Trade and Diplomatic Outpost

On busy but reasonably safe borders or transport routes, a Copernicus makes an excellent choice for a Starfleet outpost. Traffic needs tend to dictate the suitability of a Copernicus-class on such trade routes, as the station cannot easily support larger ships or a massive volume of docking ships, unlike the Canopus-class or larger. But on trade routes traversed by mostly mid-sized vessels, a Copernicus can provide a useful commercial hub or border checkpoint. This is often the configuration of a Copernicus expected to provide local diplomatic services, internal or external. In regions with multiple Federation members of vying needs and interests, the station can provide a hub where Starfleet can facilitate discussion, both as mediators and by offering facilities. This configuration of station is also a good choice on borders with friendly, or at least communicative, local powers, where a significant portion of Starfleet's responsibility is to liaise with their counterparts across the border on matters of law enforcement, research, and so forth. It has facilities to welcome even high-ranking diplomatic representatives, and host everyday meetings and important negotiations including multiple delegates alike. The modules in this configuration are usually given over to additional housing for the many transient visitors, diplomatic facilities including meeting rooms and VIP quarters, additional recreation facilities, and increased capability to house and support visiting freight and diplomatic vessels. Stations of this configuration have been quite common along regions such as the border with the Klingon Empire, where local challenges such as the House of Mo'Kai necessitate both security and a joint response from Starfleet and the Empire.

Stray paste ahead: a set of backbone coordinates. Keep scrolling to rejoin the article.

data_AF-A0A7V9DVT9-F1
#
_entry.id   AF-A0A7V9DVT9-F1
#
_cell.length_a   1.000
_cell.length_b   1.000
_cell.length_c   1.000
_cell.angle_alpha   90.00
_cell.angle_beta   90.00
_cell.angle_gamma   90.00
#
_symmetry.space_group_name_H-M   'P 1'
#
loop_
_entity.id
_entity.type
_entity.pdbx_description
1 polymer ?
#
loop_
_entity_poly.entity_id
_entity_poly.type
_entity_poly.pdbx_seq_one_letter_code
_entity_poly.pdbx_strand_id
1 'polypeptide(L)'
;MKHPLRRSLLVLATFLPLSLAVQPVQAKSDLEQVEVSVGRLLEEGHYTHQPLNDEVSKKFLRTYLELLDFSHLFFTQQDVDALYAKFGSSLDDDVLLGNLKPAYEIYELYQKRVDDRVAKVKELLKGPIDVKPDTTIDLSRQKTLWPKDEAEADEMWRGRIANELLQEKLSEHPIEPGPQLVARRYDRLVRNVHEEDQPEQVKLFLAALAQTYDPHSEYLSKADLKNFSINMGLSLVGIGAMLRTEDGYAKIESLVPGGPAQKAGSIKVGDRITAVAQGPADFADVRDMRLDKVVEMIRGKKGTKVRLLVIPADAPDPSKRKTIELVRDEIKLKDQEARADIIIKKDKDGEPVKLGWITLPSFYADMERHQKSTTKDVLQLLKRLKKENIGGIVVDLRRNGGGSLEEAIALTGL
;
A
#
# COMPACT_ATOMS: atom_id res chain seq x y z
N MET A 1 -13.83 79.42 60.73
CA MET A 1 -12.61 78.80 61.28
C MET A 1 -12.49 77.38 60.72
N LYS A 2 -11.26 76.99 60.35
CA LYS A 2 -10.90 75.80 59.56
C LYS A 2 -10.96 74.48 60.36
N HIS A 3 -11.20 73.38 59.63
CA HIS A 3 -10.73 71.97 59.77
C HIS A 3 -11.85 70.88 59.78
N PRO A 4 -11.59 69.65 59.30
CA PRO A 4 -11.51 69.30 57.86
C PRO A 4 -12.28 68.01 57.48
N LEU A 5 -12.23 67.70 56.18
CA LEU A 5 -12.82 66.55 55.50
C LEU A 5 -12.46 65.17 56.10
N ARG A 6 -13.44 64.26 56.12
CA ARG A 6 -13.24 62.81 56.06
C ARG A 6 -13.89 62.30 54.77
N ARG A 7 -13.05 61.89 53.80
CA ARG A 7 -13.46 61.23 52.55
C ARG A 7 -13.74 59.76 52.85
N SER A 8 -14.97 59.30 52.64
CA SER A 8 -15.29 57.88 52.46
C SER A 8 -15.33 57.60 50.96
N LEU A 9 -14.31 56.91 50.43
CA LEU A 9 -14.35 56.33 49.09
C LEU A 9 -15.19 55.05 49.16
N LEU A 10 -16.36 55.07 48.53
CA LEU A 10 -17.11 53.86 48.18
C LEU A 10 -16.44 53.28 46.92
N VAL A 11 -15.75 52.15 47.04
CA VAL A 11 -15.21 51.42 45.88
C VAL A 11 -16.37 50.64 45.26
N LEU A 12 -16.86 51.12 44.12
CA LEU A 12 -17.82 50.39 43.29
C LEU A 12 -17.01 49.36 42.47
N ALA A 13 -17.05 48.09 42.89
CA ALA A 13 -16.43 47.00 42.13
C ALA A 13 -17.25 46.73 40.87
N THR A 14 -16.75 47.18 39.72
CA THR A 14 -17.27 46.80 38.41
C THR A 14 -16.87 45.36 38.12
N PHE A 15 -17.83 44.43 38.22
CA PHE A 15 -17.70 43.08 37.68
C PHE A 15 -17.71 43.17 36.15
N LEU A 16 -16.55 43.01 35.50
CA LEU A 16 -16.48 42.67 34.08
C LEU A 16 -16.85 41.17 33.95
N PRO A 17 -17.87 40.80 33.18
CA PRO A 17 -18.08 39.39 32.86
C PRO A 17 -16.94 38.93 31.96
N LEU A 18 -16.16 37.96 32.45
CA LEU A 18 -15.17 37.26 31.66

Border Patrol Hub